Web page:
It’s been a good week. A week of learning, discovering, awareness and quiet time. On Tuesday evening, I went to a seminar called ‘Say No to Cancer’ run by Patrick Holford. My reiki healer mentioned his name to me the week before and having checked out his website (mostly nutrition), I came across the event and spontaneously signed up. While I try not to google new sources of information, I do follow ‘leads’ from people around me, whether that’s my mum, friends, the healer, doctors, books that reference other sources etc. I feel I need to equip myself with as much knowledge as possible to make my own decisions and to feel that I’m not a ‘patient’ on a conveyor belt, following protocols and processes set up according to past statistics. I would like to take part in the decisions being made.
So Patrick Holford’s session was informative. Packed with interesting information on nutrition, the kind that is supported by chemistry, biology rather than the other side which I had come across, the as I call it ‘No diet’ (no this, no that, no anything). It was pretty extensive and intense. There were many instances I literally couldn’t follow what he was saying as it made references to terms in biology I hadn’t come across. So some mind-blowing stats from his event:
– Lifetime risk for cancer has risen by 49% in 30 years and is currently 1 in 3,
expected to be 1 in 2 by 2020.
– Breast cancer is up 80% and prostate cancer is up by 100%.
– The top 5 – lung, breast, stomach, colorectal and prostate – were almost unheard of before the 20th century, the growth paralleling ‘development’ and industrialisation. The more per capita income the more cancer a country has.
– You can cut your risk by 40% by changing your diet, says World Cancer Research Fund.
– Breast cancer survival rates have increased by more than 10% between 1994 and 2006. Reasons cited include an increase in the percentage of women presenting at the early stages of the disease, ensuring a better outcome.
and this spike is incredible:
Hormonal breast cancer incidents increased by 52% between 1985 and 2015 (Source: Cancer Surveillance Unit, Cambridge University)
Interestingly both breast cancer and prostrate cancer are lowest in South East Asia while climbing high in Western population. What’s the link? Dairy? Lifestyle? Sunshine?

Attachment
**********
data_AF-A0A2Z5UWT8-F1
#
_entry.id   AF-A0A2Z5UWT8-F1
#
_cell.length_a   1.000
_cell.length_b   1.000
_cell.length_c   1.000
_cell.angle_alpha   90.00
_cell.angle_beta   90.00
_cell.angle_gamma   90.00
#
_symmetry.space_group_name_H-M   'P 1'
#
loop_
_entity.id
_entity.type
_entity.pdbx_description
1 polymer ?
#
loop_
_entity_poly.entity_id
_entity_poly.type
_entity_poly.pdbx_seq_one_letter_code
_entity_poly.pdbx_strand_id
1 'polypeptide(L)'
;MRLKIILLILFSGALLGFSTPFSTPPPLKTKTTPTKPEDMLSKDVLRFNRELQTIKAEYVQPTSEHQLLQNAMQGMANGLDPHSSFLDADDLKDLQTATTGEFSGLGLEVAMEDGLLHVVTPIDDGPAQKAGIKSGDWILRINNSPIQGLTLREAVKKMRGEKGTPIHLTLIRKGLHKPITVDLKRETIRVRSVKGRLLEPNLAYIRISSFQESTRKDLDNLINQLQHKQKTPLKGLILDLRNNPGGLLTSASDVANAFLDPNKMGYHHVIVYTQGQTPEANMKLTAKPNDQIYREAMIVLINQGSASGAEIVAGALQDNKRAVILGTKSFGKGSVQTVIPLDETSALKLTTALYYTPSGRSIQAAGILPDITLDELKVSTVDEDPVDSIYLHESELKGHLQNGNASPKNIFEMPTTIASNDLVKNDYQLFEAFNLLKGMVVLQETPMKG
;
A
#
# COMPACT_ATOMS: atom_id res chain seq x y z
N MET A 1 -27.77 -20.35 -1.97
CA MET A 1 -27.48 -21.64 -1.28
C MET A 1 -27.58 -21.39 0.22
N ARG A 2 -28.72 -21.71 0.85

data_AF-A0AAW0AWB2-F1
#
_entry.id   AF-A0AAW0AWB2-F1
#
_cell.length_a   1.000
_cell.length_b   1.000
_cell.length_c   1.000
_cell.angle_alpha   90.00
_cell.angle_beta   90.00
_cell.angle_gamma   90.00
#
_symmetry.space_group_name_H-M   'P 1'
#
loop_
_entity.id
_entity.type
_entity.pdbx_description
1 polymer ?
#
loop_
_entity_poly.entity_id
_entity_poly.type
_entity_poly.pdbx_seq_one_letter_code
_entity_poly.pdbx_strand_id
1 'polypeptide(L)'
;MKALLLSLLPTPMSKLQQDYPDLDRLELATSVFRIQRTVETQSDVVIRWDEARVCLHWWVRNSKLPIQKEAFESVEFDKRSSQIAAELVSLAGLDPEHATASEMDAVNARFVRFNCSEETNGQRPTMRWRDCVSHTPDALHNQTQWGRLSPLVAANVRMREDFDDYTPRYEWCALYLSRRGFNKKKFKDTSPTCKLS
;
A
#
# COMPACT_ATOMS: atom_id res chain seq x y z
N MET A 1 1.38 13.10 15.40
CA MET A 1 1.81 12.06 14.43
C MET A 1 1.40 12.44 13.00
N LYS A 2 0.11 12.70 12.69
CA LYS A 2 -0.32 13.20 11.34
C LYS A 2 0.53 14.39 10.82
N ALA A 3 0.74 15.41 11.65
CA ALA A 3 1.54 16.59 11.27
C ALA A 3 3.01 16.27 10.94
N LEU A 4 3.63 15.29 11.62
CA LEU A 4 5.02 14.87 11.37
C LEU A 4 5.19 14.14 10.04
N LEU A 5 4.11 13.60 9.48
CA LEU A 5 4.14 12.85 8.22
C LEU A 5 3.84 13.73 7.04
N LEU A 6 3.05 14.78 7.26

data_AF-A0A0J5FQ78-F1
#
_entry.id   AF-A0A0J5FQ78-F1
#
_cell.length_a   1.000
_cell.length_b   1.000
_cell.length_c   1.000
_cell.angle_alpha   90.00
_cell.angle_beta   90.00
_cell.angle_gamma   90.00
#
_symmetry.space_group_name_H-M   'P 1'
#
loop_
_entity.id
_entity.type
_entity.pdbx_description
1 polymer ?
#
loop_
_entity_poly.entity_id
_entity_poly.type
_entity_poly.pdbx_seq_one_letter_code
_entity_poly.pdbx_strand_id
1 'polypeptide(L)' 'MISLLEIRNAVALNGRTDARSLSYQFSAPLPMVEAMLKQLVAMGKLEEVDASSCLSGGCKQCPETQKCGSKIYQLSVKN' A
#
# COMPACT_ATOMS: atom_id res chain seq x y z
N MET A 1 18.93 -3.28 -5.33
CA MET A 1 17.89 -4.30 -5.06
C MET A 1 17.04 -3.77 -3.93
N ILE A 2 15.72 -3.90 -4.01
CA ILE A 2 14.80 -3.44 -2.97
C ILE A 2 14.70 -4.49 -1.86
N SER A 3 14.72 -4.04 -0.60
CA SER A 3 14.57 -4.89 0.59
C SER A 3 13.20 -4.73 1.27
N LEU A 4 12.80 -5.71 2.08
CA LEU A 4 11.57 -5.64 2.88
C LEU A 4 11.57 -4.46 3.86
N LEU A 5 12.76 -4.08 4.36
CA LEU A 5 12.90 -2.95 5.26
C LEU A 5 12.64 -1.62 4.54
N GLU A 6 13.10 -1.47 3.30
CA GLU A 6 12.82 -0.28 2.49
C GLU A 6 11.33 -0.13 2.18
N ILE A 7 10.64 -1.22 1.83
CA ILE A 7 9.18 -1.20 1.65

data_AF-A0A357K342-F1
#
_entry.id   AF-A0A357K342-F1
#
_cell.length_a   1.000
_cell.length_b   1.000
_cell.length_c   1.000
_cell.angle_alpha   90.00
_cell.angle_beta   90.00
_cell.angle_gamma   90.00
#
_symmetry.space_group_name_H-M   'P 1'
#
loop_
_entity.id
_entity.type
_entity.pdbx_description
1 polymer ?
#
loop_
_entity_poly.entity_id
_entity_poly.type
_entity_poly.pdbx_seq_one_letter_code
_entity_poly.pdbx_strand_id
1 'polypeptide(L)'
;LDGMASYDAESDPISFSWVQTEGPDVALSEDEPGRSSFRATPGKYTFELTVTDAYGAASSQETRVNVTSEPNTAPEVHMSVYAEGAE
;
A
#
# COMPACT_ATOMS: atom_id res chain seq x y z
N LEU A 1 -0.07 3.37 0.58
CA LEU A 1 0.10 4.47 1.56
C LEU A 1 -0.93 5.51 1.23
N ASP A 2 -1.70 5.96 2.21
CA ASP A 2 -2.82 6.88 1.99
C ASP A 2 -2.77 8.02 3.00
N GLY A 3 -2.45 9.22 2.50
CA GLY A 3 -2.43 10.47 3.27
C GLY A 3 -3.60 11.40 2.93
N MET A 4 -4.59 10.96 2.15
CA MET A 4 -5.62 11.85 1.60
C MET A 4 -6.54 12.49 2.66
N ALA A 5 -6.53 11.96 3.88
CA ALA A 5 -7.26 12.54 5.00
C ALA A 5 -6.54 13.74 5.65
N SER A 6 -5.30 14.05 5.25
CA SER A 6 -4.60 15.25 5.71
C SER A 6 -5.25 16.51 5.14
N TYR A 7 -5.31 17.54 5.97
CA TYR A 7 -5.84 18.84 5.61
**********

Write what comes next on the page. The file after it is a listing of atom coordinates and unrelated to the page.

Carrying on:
We then heard different theories about cancer – the oncogenes one (why do some people with the BRCA, HER2 gene develop it and some don’t?), metabolic theory (cells starving of oxygen), environmental approach (Professor Mina Bissell with her contextual theory – very good!) etc.
And then onto nutrition.. and terms I had never heard of: polyphenols, salvestrols, Methylation, Homocysteine…. what? Need to re-visit all this.
I was already aware of some of the foods we discussed (turmeric, Cruciferous like broccoli, kale, leafy greens, brussels etc.) and all the sources that indicate a reduction or completely removal of sugars (including certain fruit sugars, added sugars for sure) and dairy. Good-bye much-loved cheese.. at least for the time being. I’ll be investigating which cheeses may still be okay – surely the more fermented the better? I guess dairy is dairy. Must add more vitamin C to the mix, Zinc as well as Vitamin D (hello sunshine).
So altogether it was an informative evening. I’ve never been one to be radical about anything but I have definitely taken some things on board and have started to make changes. After all, if the contextual theory holds any ground, then surely creating a body that is fit, strong, hydrated, oxygenated, alkaline, equipped with an immune system that is alert and well functioning, can only be a good thing.
The seminar ended with tips on where to get additional info and advice, from Integrative Oncology to books to groups. I have since then bought ‘The cancer Whisperer‘ and I’m really enjoying reading it. I get the feeling the main emphasis is not ‘how do I combat this’ (war-style) but how do I listen to it, to this experience and how can I heal from this. Over the last few days, I have experienced many moments, some more subtle than others, that have made me appreciate my life and my surroundings (people, places) deeply. From a taxi journey watching the glimmering lights of southbank and the city – really seeing it all and taking it in- to the generosity and kindness of people around me including clients who have been so kind and supportive. Goethe once said:
“The moment one definitely commits oneself, the Providence moves too. All sorts of things occur to help one that would never otherwise have occurred. A whole stream of events issues from the decision, which no man could have dreamed would come his way. Whatever you can do, or dream you can do, begin it. Boldness has genius, power and magic in it.”